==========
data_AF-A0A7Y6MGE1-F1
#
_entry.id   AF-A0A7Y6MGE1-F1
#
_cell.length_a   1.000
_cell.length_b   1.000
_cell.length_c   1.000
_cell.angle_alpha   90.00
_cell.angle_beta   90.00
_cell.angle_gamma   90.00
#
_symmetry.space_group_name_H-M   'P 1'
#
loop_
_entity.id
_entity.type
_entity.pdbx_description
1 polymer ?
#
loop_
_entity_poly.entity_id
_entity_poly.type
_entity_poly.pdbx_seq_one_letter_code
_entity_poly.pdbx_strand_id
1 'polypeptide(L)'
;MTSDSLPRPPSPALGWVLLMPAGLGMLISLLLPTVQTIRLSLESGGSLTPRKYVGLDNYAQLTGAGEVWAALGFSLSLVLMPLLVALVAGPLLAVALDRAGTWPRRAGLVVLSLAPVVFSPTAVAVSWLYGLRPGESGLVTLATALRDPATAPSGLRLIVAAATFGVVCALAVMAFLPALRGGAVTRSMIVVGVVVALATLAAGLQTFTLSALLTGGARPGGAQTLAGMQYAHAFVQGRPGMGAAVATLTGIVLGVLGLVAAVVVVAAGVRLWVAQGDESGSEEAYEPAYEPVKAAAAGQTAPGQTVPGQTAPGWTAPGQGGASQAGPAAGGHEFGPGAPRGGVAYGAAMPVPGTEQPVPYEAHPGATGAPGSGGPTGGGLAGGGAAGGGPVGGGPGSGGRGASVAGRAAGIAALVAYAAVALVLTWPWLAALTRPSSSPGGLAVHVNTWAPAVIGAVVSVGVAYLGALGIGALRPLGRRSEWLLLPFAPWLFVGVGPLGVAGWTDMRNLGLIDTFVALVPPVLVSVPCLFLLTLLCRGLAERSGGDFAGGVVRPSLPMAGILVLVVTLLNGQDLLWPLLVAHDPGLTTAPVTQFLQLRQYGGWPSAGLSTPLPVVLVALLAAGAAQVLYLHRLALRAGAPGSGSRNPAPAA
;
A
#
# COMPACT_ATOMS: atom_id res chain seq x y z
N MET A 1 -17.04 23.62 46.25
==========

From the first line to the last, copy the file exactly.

data_AF-A0A7Y6MGE1-F1
#
_entry.id   AF-A0A7Y6MGE1-F1
#
_cell.length_a   1.000
_cell.length_b   1.000
_cell.length_c   1.000
_cell.angle_alpha   90.00
_cell.angle_beta   90.00
_cell.angle_gamma   90.00
#
_symmetry.space_group_name_H-M   'P 1'
#
loop_
_entity.id
_entity.type
_entity.pdbx_description
1 polymer ?
#
loop_
_entity_poly.entity_id
_entity_poly.type
_entity_poly.pdbx_seq_one_letter_code
_entity_poly.pdbx_strand_id
1 'polypeptide(L)'
;MTSDSLPRPPSPALGWVLLMPAGLGMLISLLLPTVQTIRLSLESGGSLTPRKYVGLDNYAQLTGAGEVWAALGFSLSLVLMPLLVALVAGPLLAVALDRAGTWPRRAGLVVLSLAPVVFSPTAVAVSWLYGLRPGESGLVTLATALRDPATAPSGLRLIVAAATFGVVCALAVMAFLPALRGGAVTRSMIVVGVVVALATLAAGLQTFTLSALLTGGARPGGAQTLAGMQYAHAFVQGRPGMGAAVATLTGIVLGVLGLVAAVVVVAAGVRLWVAQGDESGSEEAYEPAYEPVKAAAAGQTAPGQTVPGQTAPGWTAPGQGGASQAGPAAGGHEFGPGAPRGGVAYGAAMPVPGTEQPVPYEAHPGATGAPGSGGPTGGGLAGGGAAGGGPVGGGPGSGGRGASVAGRAAGIAALVAYAAVALVLTWPWLAALTRPSSSPGGLAVHVNTWAPAVIGAVVSVGVAYLGALGIGALRPLGRRSEWLLLPFAPWLFVGVGPLGVAGWTDMRNLGLIDTFVALVPPVLVSVPCLFLLTLLCRGLAERSGGDFAGGVVRPSLPMAGILVLVVTLLNGQDLLWPLLVAHDPGLTTAPVTQFLQLRQYGGWPSAGLSTPLPVVLVALLAAGAAQVLYLHRLALRAGAPGSGSRNPAPAA
;
A
#
# COMPACT_ATOMS: atom_id res chain seq x y z
N MET A 1 -17.04 23.62 46.25